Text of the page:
The National Radio Quiet Zone is an eerie time capsule of life before the text message. Located in West Virginia, the NRQZ encompasses 13,000 square miles of radio silence. The area was established by the Federal Communications Commission in 1958 to prevent possible interference to the National Radio Astronomy Observatory.
The town of Green Bank, West Virginia, situated within the zone, is home to 143 people who never have to put up with the accusation, “I texted you! Why didn’t you respond?” That is because they have no cell phone reception, Wi-Fi, and very few microwaves. In today’s harried world, many of us would welcome a break from the constant contact, notifications, emailing on the go, and general stress that accompanies our always connected lives.
A new short documentary by Seeker Network entitled The American Town Banning Cell Phones and Wi-Fi gives a closer look at what life is like in a town left behind by the wireless revolution. The documentary crew interviews a number of the town’s residents to ask them why they live in Green Bank. Among them is a resident who has an illness that deters her from being anywhere near electro magnetism, who has chosen to live without electricity. The description of her condition is reminiscent of a character in the AMC series Better Call Saul.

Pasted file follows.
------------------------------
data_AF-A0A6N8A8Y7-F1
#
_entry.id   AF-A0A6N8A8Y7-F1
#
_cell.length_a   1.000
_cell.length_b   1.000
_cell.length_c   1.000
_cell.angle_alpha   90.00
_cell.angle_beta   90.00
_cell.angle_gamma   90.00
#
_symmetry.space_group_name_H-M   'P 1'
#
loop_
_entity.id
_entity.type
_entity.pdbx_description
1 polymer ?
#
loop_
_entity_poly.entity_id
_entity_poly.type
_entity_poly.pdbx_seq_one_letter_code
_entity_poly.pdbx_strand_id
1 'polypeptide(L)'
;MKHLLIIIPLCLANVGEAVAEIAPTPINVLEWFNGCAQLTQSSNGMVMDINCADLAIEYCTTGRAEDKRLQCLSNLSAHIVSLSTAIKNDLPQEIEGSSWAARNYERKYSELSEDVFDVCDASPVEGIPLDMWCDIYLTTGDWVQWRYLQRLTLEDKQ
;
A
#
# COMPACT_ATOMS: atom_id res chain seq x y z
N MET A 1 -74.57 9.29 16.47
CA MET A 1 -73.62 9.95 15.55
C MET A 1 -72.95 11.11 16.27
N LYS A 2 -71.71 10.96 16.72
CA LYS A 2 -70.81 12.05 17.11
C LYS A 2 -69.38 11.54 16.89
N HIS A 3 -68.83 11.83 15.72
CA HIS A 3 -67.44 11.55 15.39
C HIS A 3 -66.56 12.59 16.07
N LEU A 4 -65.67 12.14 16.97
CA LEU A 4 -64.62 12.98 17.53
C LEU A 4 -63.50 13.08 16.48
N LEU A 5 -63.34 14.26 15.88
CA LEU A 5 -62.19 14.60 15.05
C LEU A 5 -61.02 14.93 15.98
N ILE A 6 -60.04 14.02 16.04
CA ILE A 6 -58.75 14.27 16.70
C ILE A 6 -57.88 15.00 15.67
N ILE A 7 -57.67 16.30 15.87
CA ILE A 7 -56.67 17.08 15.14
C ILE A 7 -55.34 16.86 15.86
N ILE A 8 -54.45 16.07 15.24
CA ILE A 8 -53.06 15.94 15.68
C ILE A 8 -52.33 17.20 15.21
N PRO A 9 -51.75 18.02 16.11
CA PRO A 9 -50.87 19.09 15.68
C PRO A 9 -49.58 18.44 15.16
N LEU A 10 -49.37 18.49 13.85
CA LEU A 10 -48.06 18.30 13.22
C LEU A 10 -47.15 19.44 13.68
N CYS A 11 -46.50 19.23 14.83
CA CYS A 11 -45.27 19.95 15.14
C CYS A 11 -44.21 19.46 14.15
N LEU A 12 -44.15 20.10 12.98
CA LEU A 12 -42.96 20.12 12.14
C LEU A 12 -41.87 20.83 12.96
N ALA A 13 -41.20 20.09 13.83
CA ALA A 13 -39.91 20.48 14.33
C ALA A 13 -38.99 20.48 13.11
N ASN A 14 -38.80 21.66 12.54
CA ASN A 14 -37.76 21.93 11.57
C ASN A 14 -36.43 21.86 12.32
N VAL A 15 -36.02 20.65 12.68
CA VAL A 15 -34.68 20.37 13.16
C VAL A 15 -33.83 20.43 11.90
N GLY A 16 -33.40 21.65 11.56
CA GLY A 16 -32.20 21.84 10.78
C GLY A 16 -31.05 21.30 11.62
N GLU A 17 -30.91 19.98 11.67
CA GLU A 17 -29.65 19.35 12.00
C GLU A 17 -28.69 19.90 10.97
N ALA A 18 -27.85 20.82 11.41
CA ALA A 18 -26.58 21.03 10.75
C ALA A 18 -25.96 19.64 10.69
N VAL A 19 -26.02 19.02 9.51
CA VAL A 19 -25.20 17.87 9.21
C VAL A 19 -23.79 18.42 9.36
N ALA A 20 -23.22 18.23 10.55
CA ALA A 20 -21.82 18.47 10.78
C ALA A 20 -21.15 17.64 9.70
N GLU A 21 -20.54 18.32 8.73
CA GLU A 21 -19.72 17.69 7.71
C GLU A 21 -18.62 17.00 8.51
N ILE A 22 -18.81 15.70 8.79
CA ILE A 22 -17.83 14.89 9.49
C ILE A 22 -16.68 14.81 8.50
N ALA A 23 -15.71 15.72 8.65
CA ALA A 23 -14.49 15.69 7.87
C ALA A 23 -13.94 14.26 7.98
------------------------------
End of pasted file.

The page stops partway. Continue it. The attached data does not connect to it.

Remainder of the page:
The town may now serve as a haven for those looking to escape the connected world, but not everyone plays along. According to the documentary, there are already a number of wireless routers present in the town, even though they are strongly discouraged. Residents must sign a clause in their rental agreements that they will not use Wi-Fi modems in the town.
The opportunities that the NRQZ offers are fascinating, and most recently the University of California at Berkley has rented out the radio telescopes in the area to search for signs of life in the universe.
You can watch the whole documentary at the top of this post.